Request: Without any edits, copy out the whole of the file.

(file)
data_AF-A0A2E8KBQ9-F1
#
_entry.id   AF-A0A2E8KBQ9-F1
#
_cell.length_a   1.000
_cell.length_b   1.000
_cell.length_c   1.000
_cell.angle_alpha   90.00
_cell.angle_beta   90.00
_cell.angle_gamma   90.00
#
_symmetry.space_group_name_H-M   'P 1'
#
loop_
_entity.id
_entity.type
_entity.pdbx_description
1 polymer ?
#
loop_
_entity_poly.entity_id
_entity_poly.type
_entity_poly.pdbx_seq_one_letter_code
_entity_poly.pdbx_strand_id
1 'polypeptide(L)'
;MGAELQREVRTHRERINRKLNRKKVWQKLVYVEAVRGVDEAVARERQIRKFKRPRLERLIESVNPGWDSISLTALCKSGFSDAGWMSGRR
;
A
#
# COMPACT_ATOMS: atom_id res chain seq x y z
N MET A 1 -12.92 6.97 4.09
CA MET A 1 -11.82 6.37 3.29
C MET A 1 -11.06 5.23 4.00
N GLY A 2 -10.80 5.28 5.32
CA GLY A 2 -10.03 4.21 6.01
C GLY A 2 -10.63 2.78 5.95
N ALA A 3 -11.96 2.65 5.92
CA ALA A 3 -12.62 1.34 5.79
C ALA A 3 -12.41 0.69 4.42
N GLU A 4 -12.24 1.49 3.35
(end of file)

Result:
data_AF-A0A2E8KBQ9-F1
#
_entry.id   AF-A0A2E8KBQ9-F1
#
_cell.length_a   1.000
_cell.length_b   1.000
_cell.length_c   1.000
_cell.angle_alpha   90.00
_cell.angle_beta   90.00
_cell.angle_gamma   90.00
#
_symmetry.space_group_name_H-M   'P 1'
#
loop_
_entity.id
_entity.type
_entity.pdbx_description
1 polymer ?
#
loop_
_entity_poly.entity_id
_entity_poly.type
_entity_poly.pdbx_seq_one_letter_code
_entity_poly.pdbx_strand_id
1 'polypeptide(L)'
;MGAELQREVRTHRERINRKLNRKKVWQKLVYVEAVRGVDEAVARERQIRKFKRPRLERLIESVNPGWDSISLTALCKSGFSDAGWMSGRR
;
A
#
# COMPACT_ATOMS: atom_id res chain seq x y z
N MET A 1 -12.92 6.97 4.09
CA MET A 1 -11.82 6.37 3.29
C MET A 1 -11.06 5.23 4.00
N GLY A 2 -10.80 5.28 5.32
CA GLY A 2 -10.03 4.21 6.01
C GLY A 2 -10.63 2.78 5.95
N ALA A 3 -11.96 2.65 5.92
CA ALA A 3 -12.62 1.34 5.79
C ALA A 3 -12.41 0.69 4.42
N GLU A 4 -12.24 1.49 3.35